Adventures in 3d Printing

Adventures in 3d Printing

So my latest adventure in technology has been to setup my Ender3 3-d printer. I got this thing around Christmas time, mainly as a toy for myself to play around with, and to do more with the raspberry pi’s that I have. Also as a STEM tool for teaching my kids.

But mostly to make cool stuff for me. I’ll be honest, I’m a tabletop gamer, so the idea of custom mini’s is pretty awesome.

So I won’t do a full “step-by-step” on how I assembled this thing, there are a lot of great videos out there on doing that, here’s the one I used.

But I wanted to talk through the process of my prints. The overall process of getting the printer setup wasn’t bad, but its the little things that will mess up your first couple builds and those are the ones I wanted to call out.

  • Leveling the Bed: So I got to tell you, I’m new to 3d printing, and I hate this expression, mainly because it created the wrong image in my mind. When I heard this, I got out a small level and made sure the bed was completely flat. But that led to some really terrible prints. What this really means is making sure that the distance between the nozzle and the bed is uniform throughout. Best way to do this, take a business card and run it in between, and if you feel the nozzle dragging on the card you’ve got it.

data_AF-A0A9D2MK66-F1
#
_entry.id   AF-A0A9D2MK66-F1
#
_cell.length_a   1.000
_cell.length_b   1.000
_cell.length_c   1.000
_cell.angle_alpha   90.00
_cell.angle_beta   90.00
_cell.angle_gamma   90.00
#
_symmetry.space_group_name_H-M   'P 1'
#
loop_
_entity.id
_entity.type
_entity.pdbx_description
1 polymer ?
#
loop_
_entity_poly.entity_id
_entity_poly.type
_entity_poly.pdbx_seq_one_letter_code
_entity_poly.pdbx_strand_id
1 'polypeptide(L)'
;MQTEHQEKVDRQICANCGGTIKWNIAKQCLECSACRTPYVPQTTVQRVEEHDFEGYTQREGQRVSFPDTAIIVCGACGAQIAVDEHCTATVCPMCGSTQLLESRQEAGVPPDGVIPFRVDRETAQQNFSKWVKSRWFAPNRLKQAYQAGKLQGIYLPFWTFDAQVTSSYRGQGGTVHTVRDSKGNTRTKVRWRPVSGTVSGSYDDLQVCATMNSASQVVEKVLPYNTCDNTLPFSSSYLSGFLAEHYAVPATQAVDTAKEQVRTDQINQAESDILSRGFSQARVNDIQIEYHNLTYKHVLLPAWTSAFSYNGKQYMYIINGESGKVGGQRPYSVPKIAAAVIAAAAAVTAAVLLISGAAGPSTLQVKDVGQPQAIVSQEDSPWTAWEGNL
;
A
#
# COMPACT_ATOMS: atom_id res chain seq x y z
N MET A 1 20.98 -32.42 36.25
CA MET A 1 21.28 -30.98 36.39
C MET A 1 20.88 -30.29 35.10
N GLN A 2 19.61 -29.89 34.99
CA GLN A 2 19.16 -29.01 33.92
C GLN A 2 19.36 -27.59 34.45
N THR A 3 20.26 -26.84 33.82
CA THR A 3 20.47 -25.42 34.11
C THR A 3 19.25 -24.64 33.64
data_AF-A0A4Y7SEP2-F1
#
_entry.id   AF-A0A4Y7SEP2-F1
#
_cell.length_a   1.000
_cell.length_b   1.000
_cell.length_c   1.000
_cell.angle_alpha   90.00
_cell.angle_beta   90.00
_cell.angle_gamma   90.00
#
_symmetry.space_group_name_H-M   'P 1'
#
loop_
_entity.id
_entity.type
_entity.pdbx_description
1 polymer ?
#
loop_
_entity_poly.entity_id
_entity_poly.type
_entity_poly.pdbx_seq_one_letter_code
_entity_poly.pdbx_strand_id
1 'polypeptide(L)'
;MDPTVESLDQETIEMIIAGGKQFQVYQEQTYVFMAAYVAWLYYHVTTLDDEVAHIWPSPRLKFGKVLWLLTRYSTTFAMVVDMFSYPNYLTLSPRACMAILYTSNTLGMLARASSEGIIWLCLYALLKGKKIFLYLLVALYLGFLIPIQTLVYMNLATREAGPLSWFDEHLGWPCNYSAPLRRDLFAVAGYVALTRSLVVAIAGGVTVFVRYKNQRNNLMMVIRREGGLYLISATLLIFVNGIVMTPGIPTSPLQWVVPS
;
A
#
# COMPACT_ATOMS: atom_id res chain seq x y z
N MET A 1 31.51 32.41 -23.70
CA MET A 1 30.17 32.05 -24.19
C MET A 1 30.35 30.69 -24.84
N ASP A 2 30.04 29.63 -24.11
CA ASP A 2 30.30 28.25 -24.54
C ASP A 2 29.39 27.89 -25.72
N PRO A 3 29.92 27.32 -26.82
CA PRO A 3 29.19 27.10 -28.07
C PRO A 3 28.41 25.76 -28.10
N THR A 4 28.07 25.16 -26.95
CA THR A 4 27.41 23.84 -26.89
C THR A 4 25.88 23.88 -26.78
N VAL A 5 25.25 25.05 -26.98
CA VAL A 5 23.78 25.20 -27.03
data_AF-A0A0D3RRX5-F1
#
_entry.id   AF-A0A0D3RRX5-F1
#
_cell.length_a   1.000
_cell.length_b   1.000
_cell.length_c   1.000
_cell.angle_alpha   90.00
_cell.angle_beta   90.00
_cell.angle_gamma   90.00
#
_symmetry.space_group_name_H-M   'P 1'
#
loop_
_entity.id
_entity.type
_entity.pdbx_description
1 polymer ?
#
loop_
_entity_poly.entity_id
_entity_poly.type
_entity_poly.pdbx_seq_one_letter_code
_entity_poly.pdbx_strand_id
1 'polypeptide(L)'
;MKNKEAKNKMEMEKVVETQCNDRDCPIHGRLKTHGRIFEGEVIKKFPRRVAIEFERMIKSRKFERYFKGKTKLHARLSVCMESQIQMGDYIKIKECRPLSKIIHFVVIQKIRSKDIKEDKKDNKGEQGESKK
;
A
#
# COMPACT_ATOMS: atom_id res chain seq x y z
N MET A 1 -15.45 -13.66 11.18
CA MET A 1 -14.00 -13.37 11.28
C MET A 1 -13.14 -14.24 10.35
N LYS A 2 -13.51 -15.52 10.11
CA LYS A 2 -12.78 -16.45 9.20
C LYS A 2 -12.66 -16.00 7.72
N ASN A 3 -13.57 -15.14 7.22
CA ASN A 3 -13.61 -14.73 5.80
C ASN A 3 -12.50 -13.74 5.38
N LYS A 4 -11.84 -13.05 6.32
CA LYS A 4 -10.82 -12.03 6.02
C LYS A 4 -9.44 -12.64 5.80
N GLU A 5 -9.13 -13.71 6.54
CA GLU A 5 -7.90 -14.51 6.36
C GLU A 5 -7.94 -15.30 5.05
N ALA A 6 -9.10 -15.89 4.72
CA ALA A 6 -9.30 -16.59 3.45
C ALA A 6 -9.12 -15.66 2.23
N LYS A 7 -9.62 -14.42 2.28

• Feeding the Filament: When I first did a print, I almost ruined my printer, and its because I didn’t feed the filament the whole way through the line. You have to push it the whole way to the nozzle.
  • What to do when it doesn’t stick: I had real problems, even after it was leveled with the print sticking. What would happen is I would get 75% through and then the bed would let go of the model and my print would be ruined. I used hairspray thanks to a community I joined’s recommendation. And it worked like a charm.
  • Supports: I tried a few builds without supports, and that tended to be a mistake, so I had to put them back in. But when I did I changed the percentage supports to 10% and that made them so much easier to break off and stopped me ruining prints after the fact.

Overall though I’ve had some good luck with it, and had a lot of fun. I got an Ender3, and I have to say that overall its been pretty easy to pickup and get going with.

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